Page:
Training exercise escalates into medical incident with open water swimmers.
The volunteer crew of the Tobermory Severn Class Lifeboat ‘Elizabeth Fairlie Ramsay’ set off for a weekend training exercise in the Isle Mull. By the afternoon, they have assisted two open water swimmers at Lochaline.
It was intended to be a routine training exercise combined with showing a presence for the open water swim from Fishnish on the Isle of Mull to Lochaline on mainland Scotland.
As the crew departed Tobermory and made their way south down the Sound of Mull to Lochaline all was going as planned. The swimmers and the safety craft were spotted as we were just north of Lochaline. Passing safely around the last of the safety kayaks and onto the wood pier at Lochaline.
Whilst alongside we watched the hardy group passing the Lifeboat to complete the 2.4KM swim across the Sound of mull. One of the safety craft approached and informed they had a swimmer who had succumbed to the cold and requested our assistance.
The swimmer was taken on board the Tobermory lifeboat where the volunteer crew carried out casualty care, as the crew continued to treat the swimmer a second swimmer was also taken on board again having succumbed to the cold. Stornoway coastguard tasked the Scottish ambulance service to the scene.
One the Scottish ambulance service arrived the two swimmers were handed over to their care, and the Tobermory Lifeboat and volunteer crew returned to the berth in Tobermory harbour.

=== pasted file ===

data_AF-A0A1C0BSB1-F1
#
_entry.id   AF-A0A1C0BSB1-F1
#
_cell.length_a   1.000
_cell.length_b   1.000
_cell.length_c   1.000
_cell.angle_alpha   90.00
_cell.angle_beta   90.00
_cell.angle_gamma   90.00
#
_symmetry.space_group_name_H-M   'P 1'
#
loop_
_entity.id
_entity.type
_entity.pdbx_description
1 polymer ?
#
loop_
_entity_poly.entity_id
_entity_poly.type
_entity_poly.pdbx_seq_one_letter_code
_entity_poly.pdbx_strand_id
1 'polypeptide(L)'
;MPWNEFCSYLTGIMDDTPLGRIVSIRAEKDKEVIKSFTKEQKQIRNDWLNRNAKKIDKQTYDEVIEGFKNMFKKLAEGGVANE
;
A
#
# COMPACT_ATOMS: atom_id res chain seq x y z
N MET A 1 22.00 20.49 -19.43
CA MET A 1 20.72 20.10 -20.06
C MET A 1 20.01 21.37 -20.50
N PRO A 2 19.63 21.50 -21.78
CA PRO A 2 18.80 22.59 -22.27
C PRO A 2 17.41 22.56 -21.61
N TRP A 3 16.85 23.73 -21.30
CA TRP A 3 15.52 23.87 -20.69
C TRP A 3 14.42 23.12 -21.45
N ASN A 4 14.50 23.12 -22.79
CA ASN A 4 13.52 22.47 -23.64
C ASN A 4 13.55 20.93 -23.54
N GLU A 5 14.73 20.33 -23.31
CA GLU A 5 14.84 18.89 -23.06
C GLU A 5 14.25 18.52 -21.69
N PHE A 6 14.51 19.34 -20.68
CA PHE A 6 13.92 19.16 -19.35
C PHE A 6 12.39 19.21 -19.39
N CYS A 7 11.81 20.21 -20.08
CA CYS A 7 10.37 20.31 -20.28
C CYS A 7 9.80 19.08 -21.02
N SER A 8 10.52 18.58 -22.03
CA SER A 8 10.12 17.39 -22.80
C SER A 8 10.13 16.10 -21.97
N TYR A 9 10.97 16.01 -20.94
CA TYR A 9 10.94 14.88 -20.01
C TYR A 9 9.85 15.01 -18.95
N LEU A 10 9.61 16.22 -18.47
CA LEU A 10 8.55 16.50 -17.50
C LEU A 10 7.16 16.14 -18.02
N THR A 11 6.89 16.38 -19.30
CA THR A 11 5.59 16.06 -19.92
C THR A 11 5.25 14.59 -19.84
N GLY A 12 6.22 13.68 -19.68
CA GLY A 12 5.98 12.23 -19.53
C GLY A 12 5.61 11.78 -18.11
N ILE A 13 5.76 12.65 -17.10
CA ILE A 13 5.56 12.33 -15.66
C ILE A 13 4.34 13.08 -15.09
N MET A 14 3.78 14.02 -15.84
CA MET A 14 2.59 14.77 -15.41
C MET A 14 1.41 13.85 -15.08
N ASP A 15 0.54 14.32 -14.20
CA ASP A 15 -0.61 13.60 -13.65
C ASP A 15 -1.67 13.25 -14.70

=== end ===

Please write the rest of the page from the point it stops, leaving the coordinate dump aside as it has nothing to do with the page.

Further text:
RNLI media contacts:
Michael Stirling, Tobermory Lifeboat Press Officer on 07921 515686, Mick_Stirling@rnli.org.uk or firstname.lastname@example.org boat Press Officer on 07921 515686, Mick_Stirling@rnli.org.uk or email@example.com
Richard Smith, Public Relations Manager Scotland on 01738 642956, 07786 668903 or firstname.lastname@example.org
Or Henry Weaver, RNLI Press Officer for Scotland, 01738 642946, 07771 943026, email@example.com
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The RNLI charity saves lives at sea. Its volunteers provide a 24-hour search and rescue service around the United Kingdom and Republic of Ireland coasts. The RNLI operates over 238 lifeboat stations in the UK and Ireland and more than 240 lifeguard units on beaches around the UK and Channel Islands. The RNLI is independent of Coastguard and government and depends on voluntary donations and legacies to maintain its rescue service. Since the RNLI was founded in 1824, its lifeboat crews and lifeguards have saved over 142,700 lives.